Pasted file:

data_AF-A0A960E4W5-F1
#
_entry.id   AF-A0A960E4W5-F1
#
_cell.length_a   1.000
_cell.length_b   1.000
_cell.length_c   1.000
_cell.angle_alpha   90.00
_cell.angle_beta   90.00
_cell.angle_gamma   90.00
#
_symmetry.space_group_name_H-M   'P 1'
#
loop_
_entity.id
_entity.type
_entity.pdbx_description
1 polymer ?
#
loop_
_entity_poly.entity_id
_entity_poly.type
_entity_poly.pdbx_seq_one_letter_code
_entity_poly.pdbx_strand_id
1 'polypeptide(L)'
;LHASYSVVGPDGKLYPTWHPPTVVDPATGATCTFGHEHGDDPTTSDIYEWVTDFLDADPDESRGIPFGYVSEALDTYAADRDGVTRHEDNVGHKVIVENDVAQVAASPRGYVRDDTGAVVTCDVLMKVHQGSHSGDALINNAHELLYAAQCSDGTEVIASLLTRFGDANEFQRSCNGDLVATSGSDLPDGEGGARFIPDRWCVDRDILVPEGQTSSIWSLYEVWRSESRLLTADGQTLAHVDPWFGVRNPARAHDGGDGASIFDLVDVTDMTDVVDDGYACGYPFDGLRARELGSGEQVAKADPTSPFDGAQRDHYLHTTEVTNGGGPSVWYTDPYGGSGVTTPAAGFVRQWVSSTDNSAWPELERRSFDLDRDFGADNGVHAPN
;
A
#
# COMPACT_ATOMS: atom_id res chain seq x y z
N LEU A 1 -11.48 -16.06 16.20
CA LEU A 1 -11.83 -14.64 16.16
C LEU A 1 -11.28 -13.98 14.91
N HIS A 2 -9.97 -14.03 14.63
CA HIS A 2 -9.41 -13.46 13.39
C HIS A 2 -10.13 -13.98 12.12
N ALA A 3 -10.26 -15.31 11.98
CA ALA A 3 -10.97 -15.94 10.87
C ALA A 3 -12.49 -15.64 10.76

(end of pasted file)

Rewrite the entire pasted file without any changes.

data_AF-A0A960E4W5-F1
#
_entry.id   AF-A0A960E4W5-F1
#
_cell.length_a   1.000
_cell.length_b   1.000
_cell.length_c   1.000
_cell.angle_alpha   90.00
_cell.angle_beta   90.00
_cell.angle_gamma   90.00
#
_symmetry.space_group_name_H-M   'P 1'
#
loop_
_entity.id
_entity.type
_entity.pdbx_description
1 polymer ?
#
loop_
_entity_poly.entity_id
_entity_poly.type
_entity_poly.pdbx_seq_one_letter_code
_entity_poly.pdbx_strand_id
1 'polypeptide(L)'
;LHASYSVVGPDGKLYPTWHPPTVVDPATGATCTFGHEHGDDPTTSDIYEWVTDFLDADPDESRGIPFGYVSEALDTYAADRDGVTRHEDNVGHKVIVENDVAQVAASPRGYVRDDTGAVVTCDVLMKVHQGSHSGDALINNAHELLYAAQCSDGTEVIASLLTRFGDANEFQRSCNGDLVATSGSDLPDGEGGARFIPDRWCVDRDILVPEGQTSSIWSLYEVWRSESRLLTADGQTLAHVDPWFGVRNPARAHDGGDGASIFDLVDVTDMTDVVDDGYACGYPFDGLRARELGSGEQVAKADPTSPFDGAQRDHYLHTTEVTNGGGPSVWYTDPYGGSGVTTPAAGFVRQWVSSTDNSAWPELERRSFDLDRDFGADNGVHAPN
;
A
#
# COMPACT_ATOMS: atom_id res chain seq x y z
N LEU A 1 -11.48 -16.06 16.20
CA LEU A 1 -11.83 -14.64 16.16
C LEU A 1 -11.28 -13.98 14.91
N HIS A 2 -9.97 -14.03 14.63
CA HIS A 2 -9.41 -13.46 13.39
C HIS A 2 -10.13 -13.98 12.12
N ALA A 3 -10.26 -15.31 11.98
CA ALA A 3 -10.97 -15.94 10.87
C ALA A 3 -12.49 -15.64 10.76